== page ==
Are We At The End of the Oil Age?

Photo: Are We At The End of the Oil Age?

The idea of “Peak Oil” isn't new. Ever since M. King Hubbert presented the theory in 1956 people have wondered how a world that wasn't dependent on oil would look like. Now it looks like new technology is on the brink of breaking into markets that drive oil demand, and creating some big changes.

To be sure, there is no way that oil will be disappearing from the global economy tomorrow.

As long as it keeps flowing from the earth, people will keep using it for numerous daily needs. The real disruptive force that new energy tech is bringing to the market is more of a potentiality, which may begin to intrude on areas where petroleum has been a key material for a long time.

The most obvious use for new energy tech is Electric Vehicles (EVs). With companies like Tesla producing drop-dead gorgeous EVs that perform well, it is easy to see how they could begin to impact oil demand in advanced economies. But large-scale implementation is difficult, mostly because securing supplies of non-substitutable elements isn't easy.

Short Supplies

Many of the elements that are making the EV revolution possible are either taken for granted or relatively unknown. When forward-thinking investor and author Gianni Kovacevic was asked about the future supplies of lithium at the most recent IMIC, he responded by sharing some valuable information about the copper market as an analogy.

Has there been a lot of money put towards developing lithium?

Sure, and there may be more coming to market soon.

But as is the case with copper, money spent on developing resources doesn't automatically create pounds of copper. The world is looking at potential supply deficits for numerous vital elements, and there is no shortage of demand drivers that could exacerbate the situation.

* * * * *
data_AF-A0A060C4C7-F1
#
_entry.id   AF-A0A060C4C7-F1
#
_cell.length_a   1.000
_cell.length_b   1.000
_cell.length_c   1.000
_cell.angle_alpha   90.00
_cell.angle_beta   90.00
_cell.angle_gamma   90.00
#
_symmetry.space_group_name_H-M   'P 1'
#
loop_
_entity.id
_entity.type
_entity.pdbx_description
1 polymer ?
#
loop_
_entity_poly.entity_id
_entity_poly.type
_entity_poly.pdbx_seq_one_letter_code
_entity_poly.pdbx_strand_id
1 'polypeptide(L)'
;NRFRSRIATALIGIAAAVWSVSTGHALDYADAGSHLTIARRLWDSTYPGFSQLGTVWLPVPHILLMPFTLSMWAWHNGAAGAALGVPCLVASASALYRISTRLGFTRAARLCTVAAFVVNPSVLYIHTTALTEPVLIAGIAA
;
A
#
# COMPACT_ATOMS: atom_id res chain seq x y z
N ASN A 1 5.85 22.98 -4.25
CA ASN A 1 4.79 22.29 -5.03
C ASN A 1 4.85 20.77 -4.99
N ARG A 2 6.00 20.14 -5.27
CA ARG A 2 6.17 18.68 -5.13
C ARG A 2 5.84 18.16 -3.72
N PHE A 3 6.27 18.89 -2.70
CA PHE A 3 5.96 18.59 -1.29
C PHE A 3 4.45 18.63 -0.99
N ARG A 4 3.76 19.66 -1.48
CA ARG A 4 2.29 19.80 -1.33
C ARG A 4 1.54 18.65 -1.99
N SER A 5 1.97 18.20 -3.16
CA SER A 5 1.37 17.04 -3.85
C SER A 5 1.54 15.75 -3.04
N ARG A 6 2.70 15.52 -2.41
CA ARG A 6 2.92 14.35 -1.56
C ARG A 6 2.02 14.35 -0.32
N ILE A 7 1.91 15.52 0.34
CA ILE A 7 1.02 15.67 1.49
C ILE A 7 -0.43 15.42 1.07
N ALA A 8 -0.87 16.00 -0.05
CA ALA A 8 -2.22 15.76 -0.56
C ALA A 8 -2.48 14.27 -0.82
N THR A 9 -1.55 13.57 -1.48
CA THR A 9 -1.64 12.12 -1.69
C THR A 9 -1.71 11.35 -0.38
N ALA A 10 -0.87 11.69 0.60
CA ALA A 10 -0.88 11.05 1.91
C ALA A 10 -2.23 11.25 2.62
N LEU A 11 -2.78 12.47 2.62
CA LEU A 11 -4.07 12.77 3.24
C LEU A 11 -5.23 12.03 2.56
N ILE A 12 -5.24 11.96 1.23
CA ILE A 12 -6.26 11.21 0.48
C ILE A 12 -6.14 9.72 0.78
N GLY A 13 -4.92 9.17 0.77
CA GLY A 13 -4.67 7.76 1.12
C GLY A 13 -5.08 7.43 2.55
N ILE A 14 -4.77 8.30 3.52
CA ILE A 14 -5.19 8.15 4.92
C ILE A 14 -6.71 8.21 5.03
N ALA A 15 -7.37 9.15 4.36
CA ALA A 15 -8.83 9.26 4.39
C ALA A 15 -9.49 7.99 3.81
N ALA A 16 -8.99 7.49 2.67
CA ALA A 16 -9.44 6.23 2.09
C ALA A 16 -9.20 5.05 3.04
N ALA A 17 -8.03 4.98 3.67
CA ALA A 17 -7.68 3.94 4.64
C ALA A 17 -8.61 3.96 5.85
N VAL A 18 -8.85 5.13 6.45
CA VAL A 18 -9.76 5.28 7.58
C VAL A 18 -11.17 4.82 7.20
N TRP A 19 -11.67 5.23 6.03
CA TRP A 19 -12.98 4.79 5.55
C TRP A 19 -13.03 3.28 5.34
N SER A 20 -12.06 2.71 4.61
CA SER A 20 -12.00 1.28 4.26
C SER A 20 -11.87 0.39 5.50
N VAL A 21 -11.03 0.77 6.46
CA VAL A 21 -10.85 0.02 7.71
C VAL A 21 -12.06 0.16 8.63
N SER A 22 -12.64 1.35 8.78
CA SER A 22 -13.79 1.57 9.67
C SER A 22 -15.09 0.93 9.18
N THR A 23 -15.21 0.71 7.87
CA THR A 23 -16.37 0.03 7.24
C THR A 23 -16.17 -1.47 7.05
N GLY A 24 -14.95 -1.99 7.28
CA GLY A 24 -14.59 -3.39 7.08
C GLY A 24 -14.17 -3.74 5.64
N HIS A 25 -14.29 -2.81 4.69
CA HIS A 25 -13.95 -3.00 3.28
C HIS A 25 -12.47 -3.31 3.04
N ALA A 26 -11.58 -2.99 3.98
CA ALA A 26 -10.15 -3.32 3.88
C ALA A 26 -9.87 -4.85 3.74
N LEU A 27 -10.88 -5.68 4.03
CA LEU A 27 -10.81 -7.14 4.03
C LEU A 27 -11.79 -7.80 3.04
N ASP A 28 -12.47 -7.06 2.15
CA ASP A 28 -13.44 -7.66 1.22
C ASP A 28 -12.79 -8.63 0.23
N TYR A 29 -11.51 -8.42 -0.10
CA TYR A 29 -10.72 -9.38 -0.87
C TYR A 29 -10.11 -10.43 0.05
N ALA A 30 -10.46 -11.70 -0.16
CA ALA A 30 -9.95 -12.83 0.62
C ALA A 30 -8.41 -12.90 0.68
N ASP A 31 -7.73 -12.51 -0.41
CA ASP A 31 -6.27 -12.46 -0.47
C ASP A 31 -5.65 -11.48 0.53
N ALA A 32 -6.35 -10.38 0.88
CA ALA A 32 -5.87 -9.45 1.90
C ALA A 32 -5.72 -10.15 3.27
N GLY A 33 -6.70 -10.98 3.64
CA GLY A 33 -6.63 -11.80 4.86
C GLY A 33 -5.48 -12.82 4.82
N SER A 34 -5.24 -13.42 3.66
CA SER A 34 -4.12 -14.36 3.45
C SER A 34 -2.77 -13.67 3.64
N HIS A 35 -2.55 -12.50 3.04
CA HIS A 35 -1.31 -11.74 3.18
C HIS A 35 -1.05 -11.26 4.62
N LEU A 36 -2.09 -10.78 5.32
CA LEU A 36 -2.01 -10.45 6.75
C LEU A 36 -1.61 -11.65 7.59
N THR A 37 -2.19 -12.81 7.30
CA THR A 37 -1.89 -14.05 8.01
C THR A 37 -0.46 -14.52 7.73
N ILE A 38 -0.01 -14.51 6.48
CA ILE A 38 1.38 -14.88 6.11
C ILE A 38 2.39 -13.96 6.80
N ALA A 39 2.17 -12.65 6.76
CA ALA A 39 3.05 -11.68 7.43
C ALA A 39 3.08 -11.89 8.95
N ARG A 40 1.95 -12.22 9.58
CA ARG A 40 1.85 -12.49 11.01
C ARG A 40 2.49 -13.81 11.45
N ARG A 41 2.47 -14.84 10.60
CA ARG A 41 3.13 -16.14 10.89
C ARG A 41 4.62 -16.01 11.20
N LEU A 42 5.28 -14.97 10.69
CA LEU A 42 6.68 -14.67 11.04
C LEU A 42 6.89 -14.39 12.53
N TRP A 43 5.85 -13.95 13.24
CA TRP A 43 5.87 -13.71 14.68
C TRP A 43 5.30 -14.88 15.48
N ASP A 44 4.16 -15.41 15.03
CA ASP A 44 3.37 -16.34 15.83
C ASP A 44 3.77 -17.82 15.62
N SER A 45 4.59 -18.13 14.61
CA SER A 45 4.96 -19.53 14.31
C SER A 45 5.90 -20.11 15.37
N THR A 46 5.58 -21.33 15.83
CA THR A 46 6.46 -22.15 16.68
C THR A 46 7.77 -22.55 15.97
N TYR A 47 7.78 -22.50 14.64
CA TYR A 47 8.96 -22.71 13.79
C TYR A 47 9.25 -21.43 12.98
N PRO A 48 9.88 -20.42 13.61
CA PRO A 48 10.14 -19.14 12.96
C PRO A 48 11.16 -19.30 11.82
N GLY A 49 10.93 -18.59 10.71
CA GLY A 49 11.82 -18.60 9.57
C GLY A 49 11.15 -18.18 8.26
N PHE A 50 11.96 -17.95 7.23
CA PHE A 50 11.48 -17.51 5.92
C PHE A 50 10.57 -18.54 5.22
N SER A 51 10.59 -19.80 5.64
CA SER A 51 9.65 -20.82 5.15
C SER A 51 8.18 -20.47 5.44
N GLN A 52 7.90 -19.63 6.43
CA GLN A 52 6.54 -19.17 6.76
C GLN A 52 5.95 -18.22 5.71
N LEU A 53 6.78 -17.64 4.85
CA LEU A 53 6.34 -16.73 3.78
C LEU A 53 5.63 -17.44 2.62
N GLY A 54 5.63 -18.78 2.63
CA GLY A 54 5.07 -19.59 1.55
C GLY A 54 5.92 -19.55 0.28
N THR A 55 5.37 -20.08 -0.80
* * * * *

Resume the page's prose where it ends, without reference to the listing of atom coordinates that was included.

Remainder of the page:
Elements like cobalt and vanadium make new battery technology possible, but until the last few years, they were an afterthought to the industry. Now that nations like China and Australia are looking for ways to implement large-scale infrastructure projects that take advantage of next-generation energy technology, these minor elements are a major concern.

While new electrical generation technology isn't going to have a massive impact on petroleum usage immediately, the potential shift that is afoot could reduce Eurasian oil use over the next twenty years.

Not So Simple Problems

If you are wondering how the next few years will play out in the resource sector, you aren't alone. Infrastructure spending is still going strong in many places, and this threatens to drive prices for basic materials much higher. In the case of the energy metals, the situation is probably more critical than most realize.

This supply bottleneck is one of the things that is keeping oil demand high. As new supplies come online, there could be a rapid acceleration out of the oil economy, and into new tech. Last year China's government announced that they were looking at a total ban on petrol powered autos, only to cut it down a few months later.

Why the sudden change in direction?

Someone probably told the Communist Party Bosses there simply isn't enough copper, nickel, cobalt and lithium to make their dreams a reality. This is probably going to be a temporary problem for Beijing, as they have the capital to develop strategic assets almost anywhere on the planet.

Needless to say, if China wants their renewable energy dreams to grow, they need access to critical elements. This could be a trend that rockets junior miners who are sitting on massive deposits much higher but playing the junior end of the mining shares isn't always simple.

The two other experts that shared the stage with Gianni are both excellent sources of information as well. Chris Parry is an exceptionally well-informed writer, and Simon Moores has a deep knowledge of the resource industry. These are the kind of people you want in your corner when it comes to due diligence, and if you want to get to the bottom of the metals market, the upcoming Silver and Gold Summit is a great place to learn more.

Cambridge House excels at bringing together some of the best minds in resources and giving investors access to the latest information. While the primary focus of the summit will be precious metals, there will be numerous miners and expert analysts attending as well.

This year's Silver and Gold Summit is happening on October 28th and 29th at the Hilton San Francisco Union Square Hotel, in downtown San Francisco. Register now and gain access to some of the brightest minds in resource investing!